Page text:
An Update on Safe Schools: Ebola Emergency
In November 2014, business leaders came together to make a plea for education in those countries affected by the Ebola crisis. Our report, ‘Ebola Emergency: Restoring Education, Creating Safe Schools and Preventing a Long-term Crisis’ and accompanying call to action highlighted how the Ebola crisis is ‘a crisis of poverty precipitated by lack of education and access to health information and services’ and called for urgent measures to be taken for the more than 5 million children kept out of the classroom. The report called for safe schools to be reopened as quickly and responsibly as possible.
In January 2015, after 9 long months, schools were finally reopened and children began attending classes in Guinea. A month later, schools followed suit in Liberia. Schools have still failed to reopen in Sierra Leone and are not scheduled to until 30 March.
Even once schools have all reopened, the road ahead is a long one. Prior to the outbreak these countries already had many problems in providing access to quality education for all of their children. Since the reopening of schools in Guinea attendance is at 85% of pre-Ebola rates. In Liberia, new regulation that limits the number of students in one class to 45, has led to many who attempt to register to be turned away for lack of space.
Having been out of school for nearly one year, research shows that many of these students will never return. Out-of-school children are at greater risk of violence, rape, child marriage, child labor, recruitment into fighting and prostitution. Already, in Guinea, Liberia and Sierra Leone, teenage pregnancy rates have increased and child labor and child marriage are on the rise as families struggle to fill financial voids in the wake of disrupted economic activity.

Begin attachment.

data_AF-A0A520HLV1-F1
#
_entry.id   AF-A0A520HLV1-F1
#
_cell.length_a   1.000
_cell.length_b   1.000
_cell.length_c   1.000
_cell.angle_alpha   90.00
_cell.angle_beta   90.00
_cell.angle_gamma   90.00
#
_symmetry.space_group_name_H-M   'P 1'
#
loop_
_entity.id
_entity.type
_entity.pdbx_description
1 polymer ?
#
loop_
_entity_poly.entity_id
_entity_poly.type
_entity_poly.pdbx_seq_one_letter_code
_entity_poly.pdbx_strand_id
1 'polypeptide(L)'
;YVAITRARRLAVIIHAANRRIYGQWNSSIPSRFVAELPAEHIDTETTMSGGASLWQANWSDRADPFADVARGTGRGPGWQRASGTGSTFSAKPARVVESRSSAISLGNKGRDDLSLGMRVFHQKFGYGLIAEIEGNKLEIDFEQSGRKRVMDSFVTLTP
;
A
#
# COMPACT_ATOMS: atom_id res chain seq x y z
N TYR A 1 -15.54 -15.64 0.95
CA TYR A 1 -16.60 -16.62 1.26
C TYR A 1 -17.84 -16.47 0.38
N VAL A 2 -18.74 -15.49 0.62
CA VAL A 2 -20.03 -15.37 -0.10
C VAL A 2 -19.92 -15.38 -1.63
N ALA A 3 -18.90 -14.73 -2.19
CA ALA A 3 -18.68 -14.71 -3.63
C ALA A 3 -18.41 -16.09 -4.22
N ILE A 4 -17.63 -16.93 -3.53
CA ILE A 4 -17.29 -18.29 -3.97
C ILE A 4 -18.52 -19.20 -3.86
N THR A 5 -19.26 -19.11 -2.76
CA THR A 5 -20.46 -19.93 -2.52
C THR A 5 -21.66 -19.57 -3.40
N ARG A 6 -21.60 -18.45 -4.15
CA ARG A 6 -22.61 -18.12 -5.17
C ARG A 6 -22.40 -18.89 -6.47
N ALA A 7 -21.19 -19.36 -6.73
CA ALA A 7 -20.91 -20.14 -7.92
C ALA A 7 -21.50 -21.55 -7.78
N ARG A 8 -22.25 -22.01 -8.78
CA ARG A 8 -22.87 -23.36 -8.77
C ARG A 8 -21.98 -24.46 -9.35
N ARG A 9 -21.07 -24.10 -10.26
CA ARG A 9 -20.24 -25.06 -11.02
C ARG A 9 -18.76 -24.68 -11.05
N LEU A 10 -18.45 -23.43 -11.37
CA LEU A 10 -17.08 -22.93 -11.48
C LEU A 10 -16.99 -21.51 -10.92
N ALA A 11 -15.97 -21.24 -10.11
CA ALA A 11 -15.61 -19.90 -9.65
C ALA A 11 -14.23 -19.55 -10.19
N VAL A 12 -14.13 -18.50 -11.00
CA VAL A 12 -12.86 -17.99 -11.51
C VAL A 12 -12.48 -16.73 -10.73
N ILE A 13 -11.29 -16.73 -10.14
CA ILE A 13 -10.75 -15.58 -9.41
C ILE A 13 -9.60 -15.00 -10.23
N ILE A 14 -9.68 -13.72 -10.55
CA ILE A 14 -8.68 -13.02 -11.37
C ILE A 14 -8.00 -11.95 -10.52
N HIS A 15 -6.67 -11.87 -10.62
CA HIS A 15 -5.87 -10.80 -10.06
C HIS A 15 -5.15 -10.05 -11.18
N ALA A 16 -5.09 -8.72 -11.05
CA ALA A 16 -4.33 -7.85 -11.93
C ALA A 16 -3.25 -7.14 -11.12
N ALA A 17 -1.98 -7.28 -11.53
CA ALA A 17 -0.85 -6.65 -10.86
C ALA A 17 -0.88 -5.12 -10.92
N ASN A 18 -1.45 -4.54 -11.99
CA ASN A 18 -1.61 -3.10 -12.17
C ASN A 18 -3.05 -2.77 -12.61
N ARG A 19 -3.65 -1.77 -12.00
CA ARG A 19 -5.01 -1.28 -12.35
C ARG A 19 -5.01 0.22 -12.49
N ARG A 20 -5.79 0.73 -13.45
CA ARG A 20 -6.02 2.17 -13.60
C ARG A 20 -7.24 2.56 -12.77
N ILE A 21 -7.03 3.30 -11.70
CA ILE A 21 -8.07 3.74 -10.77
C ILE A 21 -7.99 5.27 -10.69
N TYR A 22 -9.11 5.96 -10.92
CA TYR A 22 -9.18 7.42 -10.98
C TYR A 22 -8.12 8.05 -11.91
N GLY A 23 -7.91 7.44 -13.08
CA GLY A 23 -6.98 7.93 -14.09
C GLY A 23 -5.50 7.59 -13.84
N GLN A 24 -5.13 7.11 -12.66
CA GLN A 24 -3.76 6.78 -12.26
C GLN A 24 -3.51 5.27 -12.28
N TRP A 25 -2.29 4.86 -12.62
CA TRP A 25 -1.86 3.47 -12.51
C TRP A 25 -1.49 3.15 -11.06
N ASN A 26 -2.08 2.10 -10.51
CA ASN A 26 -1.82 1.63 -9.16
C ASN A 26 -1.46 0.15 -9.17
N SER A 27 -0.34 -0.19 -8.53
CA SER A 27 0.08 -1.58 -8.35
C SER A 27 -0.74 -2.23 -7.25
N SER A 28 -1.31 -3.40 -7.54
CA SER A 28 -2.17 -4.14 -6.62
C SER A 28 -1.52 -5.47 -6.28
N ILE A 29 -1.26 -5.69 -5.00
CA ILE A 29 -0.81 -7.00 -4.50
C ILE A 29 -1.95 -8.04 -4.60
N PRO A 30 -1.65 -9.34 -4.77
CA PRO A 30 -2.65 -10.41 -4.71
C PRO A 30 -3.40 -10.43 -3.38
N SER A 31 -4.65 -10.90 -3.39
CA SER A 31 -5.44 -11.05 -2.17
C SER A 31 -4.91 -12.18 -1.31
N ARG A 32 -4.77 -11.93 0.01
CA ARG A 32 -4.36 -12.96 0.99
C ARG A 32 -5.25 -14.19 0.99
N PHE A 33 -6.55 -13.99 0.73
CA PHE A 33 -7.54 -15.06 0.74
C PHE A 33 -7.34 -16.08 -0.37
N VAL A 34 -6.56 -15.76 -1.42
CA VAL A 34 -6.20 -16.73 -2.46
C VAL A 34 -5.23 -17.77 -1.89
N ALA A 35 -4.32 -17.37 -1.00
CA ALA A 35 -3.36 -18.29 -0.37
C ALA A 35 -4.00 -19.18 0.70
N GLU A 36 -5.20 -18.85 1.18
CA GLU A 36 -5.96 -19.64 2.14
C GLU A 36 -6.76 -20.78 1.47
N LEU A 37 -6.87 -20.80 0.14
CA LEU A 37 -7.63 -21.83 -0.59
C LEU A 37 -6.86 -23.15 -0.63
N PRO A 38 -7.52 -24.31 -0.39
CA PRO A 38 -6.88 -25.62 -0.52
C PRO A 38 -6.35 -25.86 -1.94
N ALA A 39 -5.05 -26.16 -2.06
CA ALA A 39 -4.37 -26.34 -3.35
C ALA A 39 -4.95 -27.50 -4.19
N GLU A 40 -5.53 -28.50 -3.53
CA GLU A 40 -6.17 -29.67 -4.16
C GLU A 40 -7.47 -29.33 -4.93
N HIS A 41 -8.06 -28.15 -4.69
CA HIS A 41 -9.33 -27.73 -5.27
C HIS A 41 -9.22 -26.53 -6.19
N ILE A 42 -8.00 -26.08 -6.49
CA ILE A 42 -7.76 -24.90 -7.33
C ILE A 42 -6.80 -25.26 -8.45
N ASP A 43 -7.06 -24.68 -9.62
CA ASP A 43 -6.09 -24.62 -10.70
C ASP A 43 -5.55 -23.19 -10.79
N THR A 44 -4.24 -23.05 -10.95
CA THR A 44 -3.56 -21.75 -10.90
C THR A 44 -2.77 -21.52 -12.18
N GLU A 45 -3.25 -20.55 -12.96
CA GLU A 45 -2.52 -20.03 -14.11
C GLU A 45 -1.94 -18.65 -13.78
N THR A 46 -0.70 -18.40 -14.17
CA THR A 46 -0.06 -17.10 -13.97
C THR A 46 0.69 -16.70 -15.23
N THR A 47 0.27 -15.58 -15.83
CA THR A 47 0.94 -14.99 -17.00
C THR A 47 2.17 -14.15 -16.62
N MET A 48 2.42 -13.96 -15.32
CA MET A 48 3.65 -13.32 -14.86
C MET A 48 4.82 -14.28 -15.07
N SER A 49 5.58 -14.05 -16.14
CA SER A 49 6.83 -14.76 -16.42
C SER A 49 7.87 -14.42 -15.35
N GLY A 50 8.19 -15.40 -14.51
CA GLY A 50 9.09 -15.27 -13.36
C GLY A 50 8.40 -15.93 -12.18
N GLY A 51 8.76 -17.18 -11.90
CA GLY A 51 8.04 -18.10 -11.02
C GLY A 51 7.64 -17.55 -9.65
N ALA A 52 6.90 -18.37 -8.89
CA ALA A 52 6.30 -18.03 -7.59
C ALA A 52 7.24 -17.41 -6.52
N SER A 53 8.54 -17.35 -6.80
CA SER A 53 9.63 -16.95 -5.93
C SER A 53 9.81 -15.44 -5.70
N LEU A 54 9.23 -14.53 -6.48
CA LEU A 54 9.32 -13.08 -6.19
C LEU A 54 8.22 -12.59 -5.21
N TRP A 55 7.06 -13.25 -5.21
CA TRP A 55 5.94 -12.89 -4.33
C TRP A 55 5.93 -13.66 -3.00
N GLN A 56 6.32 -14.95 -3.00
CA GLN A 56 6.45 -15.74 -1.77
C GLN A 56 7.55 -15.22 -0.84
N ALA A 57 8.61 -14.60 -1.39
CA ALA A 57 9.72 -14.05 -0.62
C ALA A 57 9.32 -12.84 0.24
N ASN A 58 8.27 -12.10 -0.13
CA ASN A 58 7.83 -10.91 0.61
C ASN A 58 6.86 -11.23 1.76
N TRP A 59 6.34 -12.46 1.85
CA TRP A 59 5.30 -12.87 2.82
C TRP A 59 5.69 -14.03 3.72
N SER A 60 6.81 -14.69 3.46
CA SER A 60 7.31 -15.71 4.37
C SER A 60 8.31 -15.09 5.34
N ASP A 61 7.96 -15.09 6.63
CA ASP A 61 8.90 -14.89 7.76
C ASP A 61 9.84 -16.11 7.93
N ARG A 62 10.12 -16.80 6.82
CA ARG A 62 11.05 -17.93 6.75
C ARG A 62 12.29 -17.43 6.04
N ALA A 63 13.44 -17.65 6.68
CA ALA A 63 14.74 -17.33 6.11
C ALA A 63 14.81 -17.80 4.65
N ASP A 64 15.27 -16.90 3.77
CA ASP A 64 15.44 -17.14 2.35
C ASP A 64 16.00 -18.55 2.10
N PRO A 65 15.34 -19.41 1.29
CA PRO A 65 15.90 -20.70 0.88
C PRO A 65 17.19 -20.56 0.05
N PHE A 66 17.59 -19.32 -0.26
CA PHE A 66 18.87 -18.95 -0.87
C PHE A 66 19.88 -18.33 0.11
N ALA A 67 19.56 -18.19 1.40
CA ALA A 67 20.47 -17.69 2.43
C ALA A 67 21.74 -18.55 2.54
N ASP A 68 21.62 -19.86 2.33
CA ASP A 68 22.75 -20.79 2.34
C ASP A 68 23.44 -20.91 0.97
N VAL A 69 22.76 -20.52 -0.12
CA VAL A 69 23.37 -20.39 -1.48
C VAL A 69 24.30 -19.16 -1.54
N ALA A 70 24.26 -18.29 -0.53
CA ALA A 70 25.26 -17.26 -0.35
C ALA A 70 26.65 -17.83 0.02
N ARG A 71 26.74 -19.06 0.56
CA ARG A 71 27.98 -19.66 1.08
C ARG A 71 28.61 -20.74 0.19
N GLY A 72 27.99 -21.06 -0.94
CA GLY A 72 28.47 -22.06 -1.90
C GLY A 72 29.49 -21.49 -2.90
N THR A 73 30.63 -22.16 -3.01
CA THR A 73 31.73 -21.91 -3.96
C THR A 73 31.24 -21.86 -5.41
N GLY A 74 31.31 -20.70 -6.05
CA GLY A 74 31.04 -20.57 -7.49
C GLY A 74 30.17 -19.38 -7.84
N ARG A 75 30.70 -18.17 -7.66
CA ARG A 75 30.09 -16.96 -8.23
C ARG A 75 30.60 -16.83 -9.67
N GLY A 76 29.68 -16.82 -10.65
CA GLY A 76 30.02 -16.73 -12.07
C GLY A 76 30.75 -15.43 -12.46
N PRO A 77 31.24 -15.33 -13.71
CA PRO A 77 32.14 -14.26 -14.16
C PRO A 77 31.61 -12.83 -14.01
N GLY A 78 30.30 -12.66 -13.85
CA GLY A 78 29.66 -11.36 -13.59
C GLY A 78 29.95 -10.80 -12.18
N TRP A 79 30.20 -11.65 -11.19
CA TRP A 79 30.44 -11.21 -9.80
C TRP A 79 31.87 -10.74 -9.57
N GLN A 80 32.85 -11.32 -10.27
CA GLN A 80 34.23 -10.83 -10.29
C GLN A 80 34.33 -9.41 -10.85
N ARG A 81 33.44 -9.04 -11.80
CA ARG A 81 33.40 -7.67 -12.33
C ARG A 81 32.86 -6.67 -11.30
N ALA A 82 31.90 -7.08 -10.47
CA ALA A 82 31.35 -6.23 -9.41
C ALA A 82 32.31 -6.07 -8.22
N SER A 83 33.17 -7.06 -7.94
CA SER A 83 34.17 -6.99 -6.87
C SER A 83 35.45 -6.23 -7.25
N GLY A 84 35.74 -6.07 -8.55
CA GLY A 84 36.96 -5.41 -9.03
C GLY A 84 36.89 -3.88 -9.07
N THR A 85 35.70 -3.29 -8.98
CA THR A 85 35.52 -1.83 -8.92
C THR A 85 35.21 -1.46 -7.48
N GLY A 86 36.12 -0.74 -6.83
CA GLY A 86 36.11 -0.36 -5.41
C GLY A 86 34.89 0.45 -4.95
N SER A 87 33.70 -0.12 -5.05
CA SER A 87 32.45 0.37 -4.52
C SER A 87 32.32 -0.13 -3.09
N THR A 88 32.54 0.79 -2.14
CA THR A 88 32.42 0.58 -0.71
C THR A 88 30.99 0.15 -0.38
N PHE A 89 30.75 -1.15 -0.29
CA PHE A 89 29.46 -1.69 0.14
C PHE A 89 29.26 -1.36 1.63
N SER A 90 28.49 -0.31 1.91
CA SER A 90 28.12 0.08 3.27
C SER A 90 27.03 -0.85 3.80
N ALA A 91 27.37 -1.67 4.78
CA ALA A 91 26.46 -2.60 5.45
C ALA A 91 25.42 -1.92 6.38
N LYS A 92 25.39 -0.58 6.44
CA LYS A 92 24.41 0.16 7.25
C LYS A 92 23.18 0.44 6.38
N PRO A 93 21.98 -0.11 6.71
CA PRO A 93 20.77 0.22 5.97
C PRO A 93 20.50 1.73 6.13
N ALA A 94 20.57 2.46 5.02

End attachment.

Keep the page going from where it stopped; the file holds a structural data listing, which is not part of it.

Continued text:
We must not only keep our attention on these schools and these children, we must address one of the most serious barriers to them having what they need to recover and have a bright future — funding. Countries face serious gaps to rehabilitate schools and provide safe quality learning environments, particularly in already poor areas.
Based on the UNICEF appeals (which do not reflect the full needs of the education sector, but merely part of the costs of the recent crisis) there exists a more than $5 million dollar gap in just Guinea and Liberia alone. Information on what has actually been disbursed to Sierra Leone is currently not available.
While The Global Partnership for Education (GPE) has offered flexibility with its financing to allow countries to use GPE resources for more immediate needs, this is a zero sum game that still means that long-term needs and priorities already identified and funded may go without resources.
If the international community is serious about the response to Ebola, we will not look away as these countries not only mourn those they have lost but also work to rebuild, creating create safe spaces for children to learn and build their futures.
Photo © Idris Kpange